Aburaage is a kind of tofu that is deep fried twice. When you buy it (or make it from scratch) it is quite oily, so it is recommended to drain the oil off by boiling it in hot water before flavouring it. It not only makes the sauce stick better to aburaage, but also the aburaage becomes extra soft.
3 minutes is enough time to remove the oil, but after that, make sure to wash it under cold running water then squeeze it dry too!
Add salt to the hot water for extra cleaning
When you clean the aburaage in the hot water, adding approximately 1 tsp of salt can help extra oil drain off.
You might wonder if it makes the kitsune aburaage too salty, but we will wash them in cold water at the end and this removes the salt. This method doesn't make it salty, don't worry!
Use a "Otoshibuta" Drop Lid
In this recipe, I use an "otoshibuta" (落し蓋) or Japanese drop lid. This is a tool we use to help distribute the heat evenly around the food and to stop large bubbles from forming and prevent delicate ingredients from breaking.
You can buy drop lids made from made from wood, stainless steal and silicone on Amazon (affiliate links) but to be honest, if you don't use a drop lid that often you can make it from baking paper or foil. You can learn more about otoshibuta and how to make it on my "How to make Otoshibuta" post (includes pictures/video).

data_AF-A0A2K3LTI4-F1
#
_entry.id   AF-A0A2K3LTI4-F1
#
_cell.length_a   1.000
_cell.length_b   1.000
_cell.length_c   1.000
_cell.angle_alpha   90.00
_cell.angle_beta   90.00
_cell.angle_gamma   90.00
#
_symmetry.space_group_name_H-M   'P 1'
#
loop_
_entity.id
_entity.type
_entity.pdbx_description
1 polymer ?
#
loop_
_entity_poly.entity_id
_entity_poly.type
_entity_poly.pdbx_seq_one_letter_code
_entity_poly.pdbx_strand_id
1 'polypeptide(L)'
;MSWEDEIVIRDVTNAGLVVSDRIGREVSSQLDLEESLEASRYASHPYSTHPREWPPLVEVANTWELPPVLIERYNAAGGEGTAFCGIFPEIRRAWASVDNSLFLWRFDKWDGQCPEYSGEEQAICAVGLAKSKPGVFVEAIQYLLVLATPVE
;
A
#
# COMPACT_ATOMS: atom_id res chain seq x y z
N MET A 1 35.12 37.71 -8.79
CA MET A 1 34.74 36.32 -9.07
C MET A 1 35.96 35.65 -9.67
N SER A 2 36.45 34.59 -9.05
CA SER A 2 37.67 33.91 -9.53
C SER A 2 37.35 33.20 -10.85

Rest it in the fridge
It's not essential, but resting the kitsune aburaage in the fridge after it's been cooked in the sauce will greatly improve the flavour! If you have enough time, I definitely recommend putting them in fridge for a few hours or even overnight.
Kitsune Udon Broth
Kitsune udon is always served in a light dashi broth. There's a number of ways to make dashi, but for the best flavour, I strongly recommend making your own dashi from scratch. It doesn't take long and it helps you create restaurant quality kitsune udon.
If you want to save time, you can alternatively use "dashi bags" or "mentsuyu sauce" to make your udon soup. These are shortcut methods and you can purchase them on amazon. To learn more about how to use these to make udon soup, check out my Kake Udon Recipe for more information.
Why is it called "Kitsune Udon"?
There are a number of theories but the most popular ones are:
• Aburaage (deep fried tofu) is a foxes favourite food in Japanese folklore
• Aburaage is the color of a fox
• Aburaage is a similar shape to a fox
Is Kitsune Udon made out of fox?
Kitsune udon is topped with deep fried tofu, no foxes are harmed in the making of kitsune udon!
What is udon broth made of?
Udon broth is made from Japanese dashi stock, soy sauce and mirin.
What does Kitsune Udon taste like?
I'd say that kitsune udon is tastier than other udon dishes because the broth is flavoured by the seasoned tofu. It's a bit sweet too.
Is Kitsune udon suitable for vegetarians / vegans?
Because the dashi broth contains katsuobushi (bonito flakes) and niboshi (dried sardines), it's not suitable for vegetarians. It usually has kamaboko or narutomaki as well, both are types of Japanese fishcake. If you omit the fishcake and make a vegetarian/vegan dashi then you can easily make kitsune udon into a meat and fish-free dish.